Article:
Tags: weight | blood | pressure

Even a few Pounds Hike Blood Pressure

Wednesday, 12 September 2012 08:38 PM

The so-called “Freshman 15” – the extra pounds many students pack on in their first year of college – may do more than merely add to belt or dress size. A new University of Illinois study shows even a few extra pounds can raise blood pressure in young adults, and the effect is worse for women.
The findings, published in the journal Public Health, indicate as little as 1.5 pounds per year is enough to boost hypertension significantly in college-age individuals.
"In our study, a small weight gain was enough to raise a college student's systolic blood pressure by 3 to 5 points,” said Margarita Teran-Garcia, a professor of food science and human nutrition. “If young people continue to gain 1.5 pounds a year and think it doesn't matter, they're misleading themselves and increasing their risk for heart disease."
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For the study, researchers tracked 795 applicants – 18 to 20 years old – to the Universidad Autonoma de San Luis Potosi in Mexico. The study assessed changes in the students’ body weight, blood pressure, and glucose levels over 12 months.
They found changes in body weight increased blood pressure for both men and women. In the 25 percent of applicants who had a weight gain of 5 percent or more, that gain was associated with significantly higher levels of hypertension, especially among women.
"The good news is that the reverse was also true. Women who lost 5 percent of their body weight saw reductions in their blood pressure," Teran-Garcia said.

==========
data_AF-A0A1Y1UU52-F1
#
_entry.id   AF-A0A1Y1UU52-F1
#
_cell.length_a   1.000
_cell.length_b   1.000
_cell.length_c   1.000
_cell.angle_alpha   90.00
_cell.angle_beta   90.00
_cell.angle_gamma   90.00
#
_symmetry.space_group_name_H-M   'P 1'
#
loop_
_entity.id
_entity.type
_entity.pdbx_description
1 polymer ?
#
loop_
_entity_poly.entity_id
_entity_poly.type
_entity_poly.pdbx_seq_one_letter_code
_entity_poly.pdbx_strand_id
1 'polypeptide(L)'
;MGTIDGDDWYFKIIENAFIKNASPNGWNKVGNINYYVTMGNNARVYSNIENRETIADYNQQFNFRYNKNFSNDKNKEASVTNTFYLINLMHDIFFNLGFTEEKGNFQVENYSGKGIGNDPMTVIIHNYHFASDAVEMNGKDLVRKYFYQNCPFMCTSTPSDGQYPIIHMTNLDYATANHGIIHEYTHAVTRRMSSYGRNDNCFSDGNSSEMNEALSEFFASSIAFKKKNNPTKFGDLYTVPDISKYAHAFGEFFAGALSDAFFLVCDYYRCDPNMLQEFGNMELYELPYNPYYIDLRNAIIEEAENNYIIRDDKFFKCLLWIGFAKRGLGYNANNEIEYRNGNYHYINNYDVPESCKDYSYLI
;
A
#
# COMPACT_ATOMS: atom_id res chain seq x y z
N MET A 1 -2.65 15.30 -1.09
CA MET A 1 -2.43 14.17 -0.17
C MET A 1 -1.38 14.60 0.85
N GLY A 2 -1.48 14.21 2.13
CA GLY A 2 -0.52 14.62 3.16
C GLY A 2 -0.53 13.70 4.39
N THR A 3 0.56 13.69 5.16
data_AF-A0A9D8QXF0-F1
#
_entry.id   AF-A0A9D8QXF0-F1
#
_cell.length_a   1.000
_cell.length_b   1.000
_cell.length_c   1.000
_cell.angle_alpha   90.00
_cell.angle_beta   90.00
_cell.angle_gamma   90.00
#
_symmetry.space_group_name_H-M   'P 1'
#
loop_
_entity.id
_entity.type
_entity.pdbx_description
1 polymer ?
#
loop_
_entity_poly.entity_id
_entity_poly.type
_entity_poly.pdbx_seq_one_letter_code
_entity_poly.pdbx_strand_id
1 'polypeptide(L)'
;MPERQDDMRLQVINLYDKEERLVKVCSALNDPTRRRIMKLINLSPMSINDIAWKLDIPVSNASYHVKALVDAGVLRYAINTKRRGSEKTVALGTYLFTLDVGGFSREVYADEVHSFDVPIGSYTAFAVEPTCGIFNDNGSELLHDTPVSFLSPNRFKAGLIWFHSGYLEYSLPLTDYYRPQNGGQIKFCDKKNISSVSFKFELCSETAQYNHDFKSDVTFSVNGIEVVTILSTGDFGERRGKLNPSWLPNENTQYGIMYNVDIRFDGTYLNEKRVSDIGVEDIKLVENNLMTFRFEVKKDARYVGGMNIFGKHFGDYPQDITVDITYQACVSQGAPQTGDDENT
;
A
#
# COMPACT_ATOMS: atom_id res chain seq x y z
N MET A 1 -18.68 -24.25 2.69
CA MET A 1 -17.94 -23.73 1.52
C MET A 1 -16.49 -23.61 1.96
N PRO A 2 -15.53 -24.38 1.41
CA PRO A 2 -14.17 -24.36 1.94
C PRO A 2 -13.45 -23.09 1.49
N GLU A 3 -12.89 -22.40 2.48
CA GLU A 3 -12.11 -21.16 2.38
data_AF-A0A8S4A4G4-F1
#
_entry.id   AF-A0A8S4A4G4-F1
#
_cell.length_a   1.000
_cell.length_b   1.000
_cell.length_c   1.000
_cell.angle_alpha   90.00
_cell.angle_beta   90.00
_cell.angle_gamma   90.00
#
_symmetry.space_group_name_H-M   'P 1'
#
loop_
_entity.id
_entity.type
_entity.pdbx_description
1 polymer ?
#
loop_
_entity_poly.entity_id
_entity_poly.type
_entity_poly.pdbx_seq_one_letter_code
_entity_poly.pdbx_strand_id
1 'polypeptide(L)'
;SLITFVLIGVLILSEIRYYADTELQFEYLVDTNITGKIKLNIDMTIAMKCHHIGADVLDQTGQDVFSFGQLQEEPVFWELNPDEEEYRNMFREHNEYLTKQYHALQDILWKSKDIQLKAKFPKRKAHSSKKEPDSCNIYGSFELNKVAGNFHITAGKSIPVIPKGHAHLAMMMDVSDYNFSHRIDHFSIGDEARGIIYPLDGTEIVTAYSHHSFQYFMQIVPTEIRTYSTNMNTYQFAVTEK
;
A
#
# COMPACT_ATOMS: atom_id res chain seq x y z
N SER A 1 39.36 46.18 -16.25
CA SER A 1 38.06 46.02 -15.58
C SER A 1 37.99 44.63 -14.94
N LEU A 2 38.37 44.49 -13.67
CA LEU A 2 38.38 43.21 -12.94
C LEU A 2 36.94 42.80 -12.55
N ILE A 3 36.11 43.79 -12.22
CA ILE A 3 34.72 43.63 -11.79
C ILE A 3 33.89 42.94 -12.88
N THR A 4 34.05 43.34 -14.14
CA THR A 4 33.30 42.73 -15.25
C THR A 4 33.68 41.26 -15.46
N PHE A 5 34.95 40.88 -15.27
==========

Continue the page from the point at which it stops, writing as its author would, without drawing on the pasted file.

"We'd like to learn how much high blood pressure is caused by genetics and how much is lifestyle related and propose interventions for persons of Mexican descent in the United States who have a family history of hypertension and heart disease."
She added that the findings suggest doctors need to take weight gain and small increases in blood pressure in young people more seriously.
"There are very few programs that make college-age people aware of the health problems associated with even small weight gains and encourage them to make lifestyle changes to combat it. Physical activity is important, and many young adults are not getting the recommended 30 minutes to 1 hour a day of exercise," she said.
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Putting on only a small amount of extra weight can hike blood pressure in young adults.
Wednesday, 12 September 2012 08:38 PM
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